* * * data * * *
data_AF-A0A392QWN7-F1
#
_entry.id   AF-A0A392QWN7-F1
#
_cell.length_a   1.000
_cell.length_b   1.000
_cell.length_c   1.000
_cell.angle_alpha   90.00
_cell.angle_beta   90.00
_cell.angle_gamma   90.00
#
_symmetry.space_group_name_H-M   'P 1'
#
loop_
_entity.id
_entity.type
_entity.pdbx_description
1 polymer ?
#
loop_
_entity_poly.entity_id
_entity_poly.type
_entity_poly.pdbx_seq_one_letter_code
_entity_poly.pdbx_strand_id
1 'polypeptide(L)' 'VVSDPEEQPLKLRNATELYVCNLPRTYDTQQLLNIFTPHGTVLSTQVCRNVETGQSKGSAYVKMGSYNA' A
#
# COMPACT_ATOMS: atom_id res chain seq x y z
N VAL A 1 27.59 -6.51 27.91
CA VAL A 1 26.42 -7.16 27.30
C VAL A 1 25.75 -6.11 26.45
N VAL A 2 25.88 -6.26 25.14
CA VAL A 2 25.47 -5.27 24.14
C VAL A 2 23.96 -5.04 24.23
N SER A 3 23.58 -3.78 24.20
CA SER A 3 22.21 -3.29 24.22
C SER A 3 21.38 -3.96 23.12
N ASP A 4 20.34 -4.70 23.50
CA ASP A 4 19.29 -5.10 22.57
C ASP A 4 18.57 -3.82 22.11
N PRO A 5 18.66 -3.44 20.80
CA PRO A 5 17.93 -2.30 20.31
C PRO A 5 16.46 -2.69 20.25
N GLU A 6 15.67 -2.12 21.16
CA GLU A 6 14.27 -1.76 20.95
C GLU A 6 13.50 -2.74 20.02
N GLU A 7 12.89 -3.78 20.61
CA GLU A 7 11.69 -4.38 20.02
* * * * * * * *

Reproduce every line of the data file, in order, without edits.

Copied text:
data_AF-A0A392QWN7-F1
#
_entry.id   AF-A0A392QWN7-F1
#
_cell.length_a   1.000
_cell.length_b   1.000
_cell.length_c   1.000
_cell.angle_alpha   90.00
_cell.angle_beta   90.00
_cell.angle_gamma   90.00
#
_symmetry.space_group_name_H-M   'P 1'
#
loop_
_entity.id
_entity.type
_entity.pdbx_description
1 polymer ?
#
loop_
_entity_poly.entity_id
_entity_poly.type
_entity_poly.pdbx_seq_one_letter_code
_entity_poly.pdbx_strand_id
1 'polypeptide(L)' 'VVSDPEEQPLKLRNATELYVCNLPRTYDTQQLLNIFTPHGTVLSTQVCRNVETGQSKGSAYVKMGSYNA' A
#
# COMPACT_ATOMS: atom_id res chain seq x y z
N VAL A 1 27.59 -6.51 27.91
CA VAL A 1 26.42 -7.16 27.30
C VAL A 1 25.75 -6.11 26.45
N VAL A 2 25.88 -6.26 25.14
CA VAL A 2 25.47 -5.27 24.14
C VAL A 2 23.96 -5.04 24.23
N SER A 3 23.58 -3.78 24.20
CA SER A 3 22.21 -3.29 24.22
C SER A 3 21.38 -3.96 23.12
N ASP A 4 20.34 -4.70 23.50
CA ASP A 4 19.29 -5.10 22.57
C ASP A 4 18.57 -3.82 22.11
N PRO A 5 18.66 -3.44 20.80
CA PRO A 5 17.93 -2.30 20.31
C PRO A 5 16.46 -2.69 20.25
N GLU A 6 15.67 -2.12 21.16
CA GLU A 6 14.27 -1.76 20.95
C GLU A 6 13.50 -2.74 20.02
N GLU A 7 12.89 -3.78 20.61
CA GLU A 7 11.69 -4.38 20.02